The whole point of the movie:

When you’re going to test out something never before tried, kindly do it first in a self-contained environment with a reasonably easy termination switch. If it ever gets out and messes with Real Life, your troubles are about to hit Warp Factor 5½ Million and unfixably massive, and there might be no way back. Common sense, really. It also shows that government officials are jointly and severally LESS SENTIENT than a simple PC with no mouse and an outdated graphics card that’s been infected with an egotistical Internet virus made by the NSA.

Teaches us:

That which helps or succours eventually will be our undoing should we become overly attached to it — which is how the great John Connor behaves towards T101, which wet-jobs him on 4th July 2032.

Interesting:

In Hong Kong, the censors cut out the juicy bit — the T-X in extreme undress at the start of the movie. It was felt that the nakedness was against the sensibilities of the Chinese people. That’s rich, coming as it does for a population of 1.3 billion with uncontrollable breeding habits…

My private name for it: “Beta Testing”

(Image above via Wikipedia)

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Movies: Overworked for nothing

Sunday 6 April 2014, 6.00am HKT


Originally 05 APR 2014, 11.56am local time, 24°C (75°F), sunny

HERE are two more movies that I’ve watched during this week.

No, I’m not making a regular habit of this. And this isn’t a movie review of two movies (one classic and the other a modern one) with my “conceptually unique” take on them.

To Have and Have Not (1944) via wikipedia

To Have and Have Not (1944)

Warner Bros., black & white, 1 hour 40 mins

The plot seems to me:

A street-smart skipper-for-hire who’s old enough to know better on the inconsequential island of Martinique becomes romantically involved with a beautiful drifter. The drifter cleverly manoeuvres him into helping the pointlessly patriotic French Resistance by smuggling clumsy Resistance operatives with overly nice etiquette into Martinique after the fall of France in 1940. The lazy, overweight Vichy French turncoats who administrate the island are nastier than the Nazis, who are nowhere to be seen.

The whole point of the movie:

All things good and bad happen all the bloody hell at once at the least opportune moment. Those you depend on have the nasty tendency of being clumsy, ugly or stupid (or all three). If you’re about to do something mildly complicated or dangerous (preferably not both), do one thing at a time — not all of them at the same time. Have an escape plan if and when things go horribly wrong. When in doubt, know your way out. Beauty may be before the swine, but the swine makes for better chow.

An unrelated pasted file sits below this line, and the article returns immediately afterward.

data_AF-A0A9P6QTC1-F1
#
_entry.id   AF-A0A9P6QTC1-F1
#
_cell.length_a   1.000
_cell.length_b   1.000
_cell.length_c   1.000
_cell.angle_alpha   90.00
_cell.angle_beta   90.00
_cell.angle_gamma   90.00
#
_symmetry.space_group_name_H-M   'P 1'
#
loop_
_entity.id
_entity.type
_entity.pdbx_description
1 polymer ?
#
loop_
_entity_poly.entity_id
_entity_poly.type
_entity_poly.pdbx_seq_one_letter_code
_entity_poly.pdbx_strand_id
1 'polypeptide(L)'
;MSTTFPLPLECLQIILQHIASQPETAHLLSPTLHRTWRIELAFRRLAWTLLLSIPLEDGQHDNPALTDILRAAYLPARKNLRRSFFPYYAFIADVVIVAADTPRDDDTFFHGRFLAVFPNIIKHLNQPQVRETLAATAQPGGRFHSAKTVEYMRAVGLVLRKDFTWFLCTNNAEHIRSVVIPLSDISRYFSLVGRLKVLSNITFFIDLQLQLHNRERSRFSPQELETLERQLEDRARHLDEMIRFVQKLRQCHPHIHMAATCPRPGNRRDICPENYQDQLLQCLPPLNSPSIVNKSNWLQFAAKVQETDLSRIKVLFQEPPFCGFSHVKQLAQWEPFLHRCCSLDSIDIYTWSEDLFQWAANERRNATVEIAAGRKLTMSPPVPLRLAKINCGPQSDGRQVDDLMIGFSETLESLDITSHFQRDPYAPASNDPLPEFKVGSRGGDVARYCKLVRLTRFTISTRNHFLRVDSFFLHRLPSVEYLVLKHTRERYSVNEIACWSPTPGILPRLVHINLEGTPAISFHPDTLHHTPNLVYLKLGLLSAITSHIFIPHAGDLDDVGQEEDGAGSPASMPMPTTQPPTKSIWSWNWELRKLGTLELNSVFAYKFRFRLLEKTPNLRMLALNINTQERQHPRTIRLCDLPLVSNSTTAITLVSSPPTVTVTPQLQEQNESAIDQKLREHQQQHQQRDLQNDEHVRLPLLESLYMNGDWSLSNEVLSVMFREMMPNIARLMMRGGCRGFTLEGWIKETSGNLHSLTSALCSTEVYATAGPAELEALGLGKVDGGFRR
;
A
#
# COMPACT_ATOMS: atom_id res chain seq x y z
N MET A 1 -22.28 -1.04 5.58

Interesting:

Other than the title, the movie has little if any resemblance to the Hemingway novel.

My private name for it: Stop Screwing Around With So Many Things”

(Image above via Wikipedia)

The Devil Wears Prada (2006) via Wikipedia

The Devil Wears Prada (2006)

20th Century Fox, colour, 1 hour 39 mins

The plot seems to me:

Superstar magazine editor creates strife-ridden work environment with her rude, supercilious, demand-all-that’s-demandable attitude. One particular underling who’s not in the traditional mould of the magazine’s dog-eat-dog culture comes out unscathed, didn’t sell out, and all the more wiser (even after going on a company junket to Paris Fashion Week). Meanwhile, the underling’s boyfriend is pissed off — and who the hell wouldn’t? The girl gets to wear all the brand names FREE at work, and she didn’t even bring home a nice belt for him. Bitch.

The whole point of the movie:

Srsly, DRESS FOR THE JOB YOU WANT, not the job you have. Your highflying paper credentials generally means dick if you can’t even dress ‘proper.’ (I’ve been telling people this for years.) Do what your job actually requires, not what the job specs say. Think conceptually about work, not regard it as a set of procedures to obey or live through. There is no such thing as ‘job duties,’ only duty to the job. Job security is fiction anyway, therefore offer job loyalty. Life is too short to work in anything that you don’t like or cannot do for more than a few months. Backstabbing IS the farkin’ workplace, so wise up, bitch. You don’t have to be slim or a Size 0–2; you just need to be fit and tummyless. If you’re going to sell out, sell out in some semblance of style, please. As your professional life improves, your private life deteriorates. “Let me know when your life goes up in smoke,” you three-fifths of a human being.

Teachable lesson:

It’s like a septic tank — the big and worst bit always float to the top. And if you don’t sell out after going to Paris on ANY KIND OF company business, you’re in the wrong business or living on the wrong planet.

Interesting:

Not one of my favourite films. It would be a far more interesting (and less stuck-up) movie if the studios made one about my former boss, Jacqueline Bouvier (a.k.a. Jackie Kennedy Onassis), who was once an editor. (Bet you lot didn’t know that…)

My private name for it: “I Exchanged My Life for Shoes, Belts, Etc”

(Image above via Wikipedia)

_____